Working as an emergency room nurse, Margaret Coberly came in contact with death on a daily basis. However, it wasn't until her own brother was diagnosed with terminal cancer that she realized she understood very little about the emotional and spiritual aspects of caring for the terminally ill. To fill this gap she turned to the unique wisdom on death and dying found in Tibetan Buddhism. In this book Coberly offers sound, practical advice on meeting the essential needs of the dying, integrating stories from her long career in nursing with useful insights from the Tibetan Buddhist teachings.
In the West, death is viewed as a tragic and horrible event. Coberly shows us how this view generates fear and denial, which harm the dying by adding unnecessary loneliness, confusion, and mental anguish to the dying process. Tibetan Buddhism focuses on the nature of death and how to face it with honesty, openness, and courage. In this view, death is not a failure, but a natural part of life that, if properly understood and appreciated, can offer the dying and their loved ones an opportunity to gain valuable insight and wisdom. Coberly argues that the Tibetan Buddhist outlook can be a useful antidote to the culture of fear and denial that surrounds death in the West and can help caregivers become more fully present, fearless, honest, and compassionate.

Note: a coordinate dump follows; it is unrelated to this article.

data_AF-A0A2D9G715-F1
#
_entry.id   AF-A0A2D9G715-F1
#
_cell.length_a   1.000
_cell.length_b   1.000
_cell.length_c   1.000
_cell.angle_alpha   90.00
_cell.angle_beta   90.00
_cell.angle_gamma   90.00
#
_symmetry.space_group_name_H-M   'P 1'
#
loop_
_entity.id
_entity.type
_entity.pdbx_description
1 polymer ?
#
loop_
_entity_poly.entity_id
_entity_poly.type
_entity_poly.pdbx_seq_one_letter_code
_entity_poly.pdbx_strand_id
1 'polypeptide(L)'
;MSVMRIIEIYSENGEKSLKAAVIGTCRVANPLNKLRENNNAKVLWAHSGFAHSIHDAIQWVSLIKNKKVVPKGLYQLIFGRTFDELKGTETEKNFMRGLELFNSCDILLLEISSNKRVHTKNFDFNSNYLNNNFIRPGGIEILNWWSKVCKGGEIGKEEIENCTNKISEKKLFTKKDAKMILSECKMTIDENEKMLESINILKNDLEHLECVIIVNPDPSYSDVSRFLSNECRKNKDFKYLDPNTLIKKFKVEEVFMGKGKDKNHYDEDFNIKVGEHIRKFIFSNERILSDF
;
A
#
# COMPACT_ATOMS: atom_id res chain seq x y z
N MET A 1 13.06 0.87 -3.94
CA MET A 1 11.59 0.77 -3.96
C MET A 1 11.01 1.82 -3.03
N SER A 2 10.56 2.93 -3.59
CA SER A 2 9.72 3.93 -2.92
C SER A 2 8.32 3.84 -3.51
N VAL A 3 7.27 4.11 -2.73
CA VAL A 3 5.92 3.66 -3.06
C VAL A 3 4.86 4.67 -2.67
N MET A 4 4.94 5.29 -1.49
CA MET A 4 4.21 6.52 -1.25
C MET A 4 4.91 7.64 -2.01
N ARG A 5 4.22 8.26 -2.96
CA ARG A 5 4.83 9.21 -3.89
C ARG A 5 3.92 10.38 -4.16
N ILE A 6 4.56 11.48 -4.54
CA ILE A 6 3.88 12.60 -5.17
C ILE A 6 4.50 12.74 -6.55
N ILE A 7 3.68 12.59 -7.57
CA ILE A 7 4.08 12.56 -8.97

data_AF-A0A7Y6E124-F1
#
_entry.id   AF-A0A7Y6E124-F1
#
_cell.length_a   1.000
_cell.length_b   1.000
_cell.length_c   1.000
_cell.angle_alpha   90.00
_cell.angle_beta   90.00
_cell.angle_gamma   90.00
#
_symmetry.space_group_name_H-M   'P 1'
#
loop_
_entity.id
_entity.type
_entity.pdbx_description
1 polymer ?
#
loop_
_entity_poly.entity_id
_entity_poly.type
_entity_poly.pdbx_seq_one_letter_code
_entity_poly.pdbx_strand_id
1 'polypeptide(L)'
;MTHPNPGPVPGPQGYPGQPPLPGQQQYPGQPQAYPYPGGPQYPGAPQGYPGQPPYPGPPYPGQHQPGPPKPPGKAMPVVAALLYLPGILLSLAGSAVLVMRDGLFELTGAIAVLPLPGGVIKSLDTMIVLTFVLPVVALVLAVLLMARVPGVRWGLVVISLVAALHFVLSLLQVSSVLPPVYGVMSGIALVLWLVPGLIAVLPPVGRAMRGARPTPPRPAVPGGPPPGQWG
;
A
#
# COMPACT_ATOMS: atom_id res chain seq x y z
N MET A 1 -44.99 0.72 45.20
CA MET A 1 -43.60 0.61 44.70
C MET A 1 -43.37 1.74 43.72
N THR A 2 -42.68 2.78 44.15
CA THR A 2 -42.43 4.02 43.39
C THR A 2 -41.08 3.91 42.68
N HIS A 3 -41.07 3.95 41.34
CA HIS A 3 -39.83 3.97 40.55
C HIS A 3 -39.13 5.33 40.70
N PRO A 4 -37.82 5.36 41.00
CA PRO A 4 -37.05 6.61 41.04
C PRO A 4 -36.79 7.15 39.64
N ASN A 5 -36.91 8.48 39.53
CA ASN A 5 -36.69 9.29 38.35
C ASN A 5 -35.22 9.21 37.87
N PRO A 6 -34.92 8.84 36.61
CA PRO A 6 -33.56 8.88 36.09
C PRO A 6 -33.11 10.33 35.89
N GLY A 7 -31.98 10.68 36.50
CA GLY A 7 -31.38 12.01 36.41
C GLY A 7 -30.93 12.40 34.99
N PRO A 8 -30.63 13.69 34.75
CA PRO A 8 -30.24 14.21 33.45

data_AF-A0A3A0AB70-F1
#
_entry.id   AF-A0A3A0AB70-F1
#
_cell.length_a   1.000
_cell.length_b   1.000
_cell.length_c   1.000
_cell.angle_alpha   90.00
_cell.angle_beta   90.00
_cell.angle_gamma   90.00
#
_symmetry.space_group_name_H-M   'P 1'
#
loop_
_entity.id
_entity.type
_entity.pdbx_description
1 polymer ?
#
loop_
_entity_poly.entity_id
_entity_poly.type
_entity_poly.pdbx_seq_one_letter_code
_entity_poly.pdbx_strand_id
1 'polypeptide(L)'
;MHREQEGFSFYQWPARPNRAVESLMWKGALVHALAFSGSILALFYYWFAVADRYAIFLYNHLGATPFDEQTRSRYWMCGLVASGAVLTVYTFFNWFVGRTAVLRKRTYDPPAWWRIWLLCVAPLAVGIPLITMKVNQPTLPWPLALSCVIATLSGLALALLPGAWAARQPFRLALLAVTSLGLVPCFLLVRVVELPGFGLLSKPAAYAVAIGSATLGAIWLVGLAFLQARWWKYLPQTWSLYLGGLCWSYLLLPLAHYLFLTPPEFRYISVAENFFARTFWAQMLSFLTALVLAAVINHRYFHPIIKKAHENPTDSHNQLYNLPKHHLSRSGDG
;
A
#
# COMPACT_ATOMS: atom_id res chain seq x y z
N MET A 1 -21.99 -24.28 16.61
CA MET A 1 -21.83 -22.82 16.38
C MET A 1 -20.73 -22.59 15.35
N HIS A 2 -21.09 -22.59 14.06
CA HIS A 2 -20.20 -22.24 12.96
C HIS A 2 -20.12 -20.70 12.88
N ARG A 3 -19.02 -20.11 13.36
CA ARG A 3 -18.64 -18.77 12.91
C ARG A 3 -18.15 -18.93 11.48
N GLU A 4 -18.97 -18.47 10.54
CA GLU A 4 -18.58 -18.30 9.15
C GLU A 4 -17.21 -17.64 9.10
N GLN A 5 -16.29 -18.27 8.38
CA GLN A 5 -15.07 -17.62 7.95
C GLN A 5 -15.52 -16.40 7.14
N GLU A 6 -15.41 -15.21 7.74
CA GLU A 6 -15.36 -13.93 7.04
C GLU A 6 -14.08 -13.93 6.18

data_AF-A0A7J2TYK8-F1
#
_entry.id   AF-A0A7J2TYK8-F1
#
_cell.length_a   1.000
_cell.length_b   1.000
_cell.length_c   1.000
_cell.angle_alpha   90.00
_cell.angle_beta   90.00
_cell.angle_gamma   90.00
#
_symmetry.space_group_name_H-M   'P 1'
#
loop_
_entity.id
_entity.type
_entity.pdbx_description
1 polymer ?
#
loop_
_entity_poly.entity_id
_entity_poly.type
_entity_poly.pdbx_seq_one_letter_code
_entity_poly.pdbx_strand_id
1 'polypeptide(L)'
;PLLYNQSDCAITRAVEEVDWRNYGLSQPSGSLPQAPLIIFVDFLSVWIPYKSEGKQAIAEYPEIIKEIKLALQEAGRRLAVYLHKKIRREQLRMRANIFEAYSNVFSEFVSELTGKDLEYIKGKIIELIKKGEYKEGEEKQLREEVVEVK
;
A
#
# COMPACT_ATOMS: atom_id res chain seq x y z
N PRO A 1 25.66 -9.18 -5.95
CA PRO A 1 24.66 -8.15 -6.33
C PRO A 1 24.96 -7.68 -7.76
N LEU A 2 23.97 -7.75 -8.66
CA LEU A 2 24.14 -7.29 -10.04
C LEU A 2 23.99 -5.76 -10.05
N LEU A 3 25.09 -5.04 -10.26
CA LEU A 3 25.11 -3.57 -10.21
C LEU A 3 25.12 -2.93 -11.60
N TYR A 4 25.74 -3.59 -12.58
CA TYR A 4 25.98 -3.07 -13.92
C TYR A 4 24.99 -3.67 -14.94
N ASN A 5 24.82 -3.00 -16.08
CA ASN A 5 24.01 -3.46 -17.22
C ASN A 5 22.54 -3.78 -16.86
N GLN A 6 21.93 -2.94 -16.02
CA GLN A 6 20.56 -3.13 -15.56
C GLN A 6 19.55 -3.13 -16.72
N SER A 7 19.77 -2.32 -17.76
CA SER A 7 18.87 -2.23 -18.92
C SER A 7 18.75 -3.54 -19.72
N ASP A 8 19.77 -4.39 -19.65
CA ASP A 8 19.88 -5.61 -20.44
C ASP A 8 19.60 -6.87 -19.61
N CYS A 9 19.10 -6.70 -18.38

Sacred Passage highlights two very practical teachings on death and dying from the Tibetan Buddhist tradition and presents them in clear, nontechnical language. Readers learn about the "eight stages of dissolution leading to death," a detailed roadmap of the dying process that describes the sequence of physical, psychological, and spiritual changes that occur as we die. Coberly also presents the "death meditation," a contemplative exercise for developing a new relationship to deathand life. The book also includes a lengthy, annotated list of recommended readings for added guidance and inspiration.
How the terminally ill can experience emotional and spiritual healing even when they can't be cured
Why Western medicine's relentless focus on curing disease has led to inadequate care for the dying
What to expect during the dying process
How our fear and denial of death harm the dying
Techniques to help caregivers promote a peaceful environment for the dying and their loved ones
How to meet the changing physical and emotional needs of the dying
Helpful advice on what to say and how to behave around the terminally ill